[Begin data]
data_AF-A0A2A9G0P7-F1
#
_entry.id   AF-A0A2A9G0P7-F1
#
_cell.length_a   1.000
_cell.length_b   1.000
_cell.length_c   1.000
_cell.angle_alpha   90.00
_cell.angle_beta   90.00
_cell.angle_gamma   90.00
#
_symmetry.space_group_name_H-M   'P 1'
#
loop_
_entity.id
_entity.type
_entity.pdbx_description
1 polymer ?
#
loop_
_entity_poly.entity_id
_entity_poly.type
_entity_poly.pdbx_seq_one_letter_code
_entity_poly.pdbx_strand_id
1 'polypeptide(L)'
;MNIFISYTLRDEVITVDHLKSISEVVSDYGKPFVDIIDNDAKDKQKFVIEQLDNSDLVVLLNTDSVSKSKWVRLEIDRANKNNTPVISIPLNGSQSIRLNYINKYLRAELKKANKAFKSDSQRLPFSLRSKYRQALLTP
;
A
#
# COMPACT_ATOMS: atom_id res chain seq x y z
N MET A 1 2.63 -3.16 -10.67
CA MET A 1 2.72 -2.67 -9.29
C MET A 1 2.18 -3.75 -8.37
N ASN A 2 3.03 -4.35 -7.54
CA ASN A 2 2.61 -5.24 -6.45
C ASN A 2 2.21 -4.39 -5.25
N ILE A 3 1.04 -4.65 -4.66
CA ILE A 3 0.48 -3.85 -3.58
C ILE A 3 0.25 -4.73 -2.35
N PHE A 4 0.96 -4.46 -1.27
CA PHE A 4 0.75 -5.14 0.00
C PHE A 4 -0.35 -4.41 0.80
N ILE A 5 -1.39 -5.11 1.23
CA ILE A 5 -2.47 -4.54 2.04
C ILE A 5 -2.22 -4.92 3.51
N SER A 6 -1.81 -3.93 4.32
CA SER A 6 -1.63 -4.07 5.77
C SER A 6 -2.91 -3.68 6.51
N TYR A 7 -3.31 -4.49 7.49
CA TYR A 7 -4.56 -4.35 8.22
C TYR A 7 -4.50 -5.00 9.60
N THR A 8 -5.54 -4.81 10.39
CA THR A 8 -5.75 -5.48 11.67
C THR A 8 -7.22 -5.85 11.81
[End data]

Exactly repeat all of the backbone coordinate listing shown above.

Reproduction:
data_AF-A0A2A9G0P7-F1
#
_entry.id   AF-A0A2A9G0P7-F1
#
_cell.length_a   1.000
_cell.length_b   1.000
_cell.length_c   1.000
_cell.angle_alpha   90.00
_cell.angle_beta   90.00
_cell.angle_gamma   90.00
#
_symmetry.space_group_name_H-M   'P 1'
#
loop_
_entity.id
_entity.type
_entity.pdbx_description
1 polymer ?
#
loop_
_entity_poly.entity_id
_entity_poly.type
_entity_poly.pdbx_seq_one_letter_code
_entity_poly.pdbx_strand_id
1 'polypeptide(L)'
;MNIFISYTLRDEVITVDHLKSISEVVSDYGKPFVDIIDNDAKDKQKFVIEQLDNSDLVVLLNTDSVSKSKWVRLEIDRANKNNTPVISIPLNGSQSIRLNYINKYLRAELKKANKAFKSDSQRLPFSLRSKYRQALLTP
;
A
#
# COMPACT_ATOMS: atom_id res chain seq x y z
N MET A 1 2.63 -3.16 -10.67
CA MET A 1 2.72 -2.67 -9.29
C MET A 1 2.18 -3.75 -8.37
N ASN A 2 3.03 -4.35 -7.54
CA ASN A 2 2.61 -5.24 -6.45
C ASN A 2 2.21 -4.39 -5.25
N ILE A 3 1.04 -4.65 -4.66
CA ILE A 3 0.48 -3.85 -3.58
C ILE A 3 0.25 -4.73 -2.35
N PHE A 4 0.96 -4.46 -1.27
CA PHE A 4 0.75 -5.14 0.00
C PHE A 4 -0.35 -4.41 0.80
N ILE A 5 -1.39 -5.11 1.23
CA ILE A 5 -2.47 -4.54 2.04
C ILE A 5 -2.22 -4.92 3.51
N SER A 6 -1.81 -3.93 4.32
CA SER A 6 -1.63 -4.07 5.77
C SER A 6 -2.91 -3.68 6.51
N TYR A 7 -3.31 -4.49 7.49
CA TYR A 7 -4.56 -4.35 8.22
C TYR A 7 -4.50 -5.00 9.60
N THR A 8 -5.54 -4.81 10.39
CA THR A 8 -5.75 -5.48 11.67
C THR A 8 -7.22 -5.85 11.81